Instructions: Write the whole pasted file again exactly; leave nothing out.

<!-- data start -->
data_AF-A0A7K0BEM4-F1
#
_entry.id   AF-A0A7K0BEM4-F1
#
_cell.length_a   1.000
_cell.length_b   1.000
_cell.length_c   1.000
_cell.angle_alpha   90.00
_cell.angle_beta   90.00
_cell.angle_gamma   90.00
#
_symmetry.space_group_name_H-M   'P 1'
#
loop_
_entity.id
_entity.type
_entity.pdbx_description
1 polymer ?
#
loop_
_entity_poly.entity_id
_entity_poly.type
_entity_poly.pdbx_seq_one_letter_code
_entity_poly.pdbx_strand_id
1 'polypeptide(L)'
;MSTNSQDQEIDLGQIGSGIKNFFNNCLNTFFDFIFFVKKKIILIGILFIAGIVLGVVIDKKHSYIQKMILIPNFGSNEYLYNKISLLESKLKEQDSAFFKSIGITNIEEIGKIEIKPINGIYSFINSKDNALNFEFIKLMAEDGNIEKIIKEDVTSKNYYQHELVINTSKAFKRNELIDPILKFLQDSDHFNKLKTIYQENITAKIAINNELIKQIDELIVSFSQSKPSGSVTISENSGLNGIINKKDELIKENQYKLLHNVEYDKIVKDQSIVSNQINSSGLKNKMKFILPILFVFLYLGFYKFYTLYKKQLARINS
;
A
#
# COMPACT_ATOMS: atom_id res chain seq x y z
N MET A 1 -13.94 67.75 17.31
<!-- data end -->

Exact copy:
data_AF-A0A7K0BEM4-F1
#
_entry.id   AF-A0A7K0BEM4-F1
#
_cell.length_a   1.000
_cell.length_b   1.000
_cell.length_c   1.000
_cell.angle_alpha   90.00
_cell.angle_beta   90.00
_cell.angle_gamma   90.00
#
_symmetry.space_group_name_H-M   'P 1'
#
loop_
_entity.id
_entity.type
_entity.pdbx_description
1 polymer ?
#
loop_
_entity_poly.entity_id
_entity_poly.type
_entity_poly.pdbx_seq_one_letter_code
_entity_poly.pdbx_strand_id
1 'polypeptide(L)'
;MSTNSQDQEIDLGQIGSGIKNFFNNCLNTFFDFIFFVKKKIILIGILFIAGIVLGVVIDKKHSYIQKMILIPNFGSNEYLYNKISLLESKLKEQDSAFFKSIGITNIEEIGKIEIKPINGIYSFINSKDNALNFEFIKLMAEDGNIEKIIKEDVTSKNYYQHELVINTSKAFKRNELIDPILKFLQDSDHFNKLKTIYQENITAKIAINNELIKQIDELIVSFSQSKPSGSVTISENSGLNGIINKKDELIKENQYKLLHNVEYDKIVKDQSIVSNQINSSGLKNKMKFILPILFVFLYLGFYKFYTLYKKQLARINS
;
A
#
# COMPACT_ATOMS: atom_id res chain seq x y z
N MET A 1 -13.94 67.75 17.31